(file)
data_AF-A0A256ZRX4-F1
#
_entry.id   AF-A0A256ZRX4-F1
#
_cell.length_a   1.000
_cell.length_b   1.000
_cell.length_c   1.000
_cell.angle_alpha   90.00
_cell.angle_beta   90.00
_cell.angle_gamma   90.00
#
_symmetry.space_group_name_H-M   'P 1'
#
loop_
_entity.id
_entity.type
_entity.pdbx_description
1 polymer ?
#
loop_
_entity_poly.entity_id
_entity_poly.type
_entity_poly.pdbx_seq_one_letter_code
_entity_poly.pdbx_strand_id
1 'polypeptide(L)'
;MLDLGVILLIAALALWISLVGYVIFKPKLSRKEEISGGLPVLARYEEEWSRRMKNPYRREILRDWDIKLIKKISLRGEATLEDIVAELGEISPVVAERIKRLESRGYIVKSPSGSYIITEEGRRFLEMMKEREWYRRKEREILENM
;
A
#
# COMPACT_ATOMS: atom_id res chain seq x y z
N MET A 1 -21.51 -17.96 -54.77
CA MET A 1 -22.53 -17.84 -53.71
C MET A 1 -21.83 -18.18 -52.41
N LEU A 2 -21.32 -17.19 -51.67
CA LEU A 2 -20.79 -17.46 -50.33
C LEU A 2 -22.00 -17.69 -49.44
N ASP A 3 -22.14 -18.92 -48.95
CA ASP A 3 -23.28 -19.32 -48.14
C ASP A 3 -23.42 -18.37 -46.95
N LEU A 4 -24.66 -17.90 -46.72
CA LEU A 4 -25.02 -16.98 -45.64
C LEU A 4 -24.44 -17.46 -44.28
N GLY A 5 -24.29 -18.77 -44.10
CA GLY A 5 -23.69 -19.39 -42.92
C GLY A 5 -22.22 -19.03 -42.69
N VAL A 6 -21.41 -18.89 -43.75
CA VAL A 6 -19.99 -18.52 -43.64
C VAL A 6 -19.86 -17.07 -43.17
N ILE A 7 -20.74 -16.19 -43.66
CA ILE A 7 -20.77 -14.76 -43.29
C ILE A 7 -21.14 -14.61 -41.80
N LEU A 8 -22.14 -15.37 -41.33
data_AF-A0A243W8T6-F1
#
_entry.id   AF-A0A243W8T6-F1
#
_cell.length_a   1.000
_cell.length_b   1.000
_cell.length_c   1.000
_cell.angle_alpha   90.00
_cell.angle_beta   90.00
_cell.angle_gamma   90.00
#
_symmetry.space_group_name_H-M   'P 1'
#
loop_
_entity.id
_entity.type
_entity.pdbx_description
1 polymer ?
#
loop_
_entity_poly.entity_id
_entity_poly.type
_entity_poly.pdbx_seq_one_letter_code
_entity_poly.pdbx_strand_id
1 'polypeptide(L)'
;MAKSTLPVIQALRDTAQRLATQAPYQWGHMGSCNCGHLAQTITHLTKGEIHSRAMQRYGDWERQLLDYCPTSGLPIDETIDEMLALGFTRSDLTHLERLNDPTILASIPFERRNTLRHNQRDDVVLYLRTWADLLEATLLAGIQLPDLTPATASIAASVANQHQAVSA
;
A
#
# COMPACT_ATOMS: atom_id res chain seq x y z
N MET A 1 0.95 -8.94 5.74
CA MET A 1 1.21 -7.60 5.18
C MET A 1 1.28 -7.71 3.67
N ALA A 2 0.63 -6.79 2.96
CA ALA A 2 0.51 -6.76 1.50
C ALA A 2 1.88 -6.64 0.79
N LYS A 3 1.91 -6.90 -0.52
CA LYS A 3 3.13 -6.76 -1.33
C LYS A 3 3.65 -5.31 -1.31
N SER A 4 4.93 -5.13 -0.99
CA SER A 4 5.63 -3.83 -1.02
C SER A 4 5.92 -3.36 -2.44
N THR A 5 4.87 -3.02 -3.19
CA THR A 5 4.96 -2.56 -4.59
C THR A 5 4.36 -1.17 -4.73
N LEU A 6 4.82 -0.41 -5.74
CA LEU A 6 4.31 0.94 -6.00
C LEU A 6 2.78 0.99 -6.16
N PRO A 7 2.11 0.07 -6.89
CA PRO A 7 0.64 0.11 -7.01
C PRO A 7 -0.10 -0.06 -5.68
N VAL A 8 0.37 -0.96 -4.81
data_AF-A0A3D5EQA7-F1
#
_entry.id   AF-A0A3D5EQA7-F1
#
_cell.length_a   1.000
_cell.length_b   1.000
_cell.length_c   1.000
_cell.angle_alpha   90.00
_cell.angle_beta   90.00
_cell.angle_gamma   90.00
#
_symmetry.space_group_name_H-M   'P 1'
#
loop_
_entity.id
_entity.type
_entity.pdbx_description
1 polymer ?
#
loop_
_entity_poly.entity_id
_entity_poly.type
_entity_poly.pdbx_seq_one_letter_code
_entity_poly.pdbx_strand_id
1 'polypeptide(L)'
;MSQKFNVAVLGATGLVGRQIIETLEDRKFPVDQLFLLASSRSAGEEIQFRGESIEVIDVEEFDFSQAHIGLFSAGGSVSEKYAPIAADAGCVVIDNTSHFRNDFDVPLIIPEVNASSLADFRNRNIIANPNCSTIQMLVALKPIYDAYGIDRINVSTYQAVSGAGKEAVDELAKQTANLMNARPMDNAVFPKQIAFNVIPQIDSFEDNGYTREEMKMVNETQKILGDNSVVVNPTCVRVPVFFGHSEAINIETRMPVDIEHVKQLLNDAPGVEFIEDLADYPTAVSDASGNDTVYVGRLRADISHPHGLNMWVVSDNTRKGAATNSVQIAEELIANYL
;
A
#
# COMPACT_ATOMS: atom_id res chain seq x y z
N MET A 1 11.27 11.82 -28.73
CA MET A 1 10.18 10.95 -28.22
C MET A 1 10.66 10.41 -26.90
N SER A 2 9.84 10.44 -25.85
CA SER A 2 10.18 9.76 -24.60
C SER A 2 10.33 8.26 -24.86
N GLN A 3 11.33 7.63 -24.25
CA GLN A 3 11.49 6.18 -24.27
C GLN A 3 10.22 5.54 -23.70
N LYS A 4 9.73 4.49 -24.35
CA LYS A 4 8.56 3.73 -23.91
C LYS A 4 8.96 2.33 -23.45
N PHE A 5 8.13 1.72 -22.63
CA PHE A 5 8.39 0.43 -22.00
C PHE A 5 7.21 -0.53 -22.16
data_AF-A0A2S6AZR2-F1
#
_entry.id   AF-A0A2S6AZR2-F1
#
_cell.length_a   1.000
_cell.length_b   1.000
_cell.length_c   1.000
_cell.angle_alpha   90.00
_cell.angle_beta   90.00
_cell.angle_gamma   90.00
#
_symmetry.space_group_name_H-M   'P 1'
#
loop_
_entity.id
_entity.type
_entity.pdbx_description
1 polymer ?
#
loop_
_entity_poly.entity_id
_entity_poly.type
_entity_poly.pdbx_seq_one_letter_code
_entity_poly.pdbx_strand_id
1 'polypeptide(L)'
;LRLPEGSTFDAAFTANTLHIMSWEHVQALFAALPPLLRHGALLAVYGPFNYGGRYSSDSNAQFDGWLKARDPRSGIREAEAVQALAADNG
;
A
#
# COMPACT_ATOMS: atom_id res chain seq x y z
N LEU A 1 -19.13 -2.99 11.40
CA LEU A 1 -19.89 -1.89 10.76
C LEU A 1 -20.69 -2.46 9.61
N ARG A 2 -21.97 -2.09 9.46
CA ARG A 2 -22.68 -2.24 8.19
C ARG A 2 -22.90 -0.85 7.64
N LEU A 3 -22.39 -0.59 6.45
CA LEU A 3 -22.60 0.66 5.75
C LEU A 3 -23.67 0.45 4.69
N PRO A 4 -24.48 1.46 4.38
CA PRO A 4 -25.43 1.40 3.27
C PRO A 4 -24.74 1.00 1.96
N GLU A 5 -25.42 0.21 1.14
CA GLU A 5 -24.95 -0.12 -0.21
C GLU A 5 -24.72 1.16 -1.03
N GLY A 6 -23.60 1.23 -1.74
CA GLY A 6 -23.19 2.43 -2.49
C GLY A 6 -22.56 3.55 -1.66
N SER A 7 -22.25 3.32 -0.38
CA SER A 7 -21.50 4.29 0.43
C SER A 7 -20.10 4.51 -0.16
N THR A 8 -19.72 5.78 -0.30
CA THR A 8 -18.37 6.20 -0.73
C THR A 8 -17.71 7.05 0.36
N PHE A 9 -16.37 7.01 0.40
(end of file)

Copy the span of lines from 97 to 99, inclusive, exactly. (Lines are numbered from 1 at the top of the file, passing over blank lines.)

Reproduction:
C THR A 5 4.36 -1.17 -4.73
N LEU A 6 4.82 -0.41 -5.74
CA LEU A 6 4.31 0.94 -6.00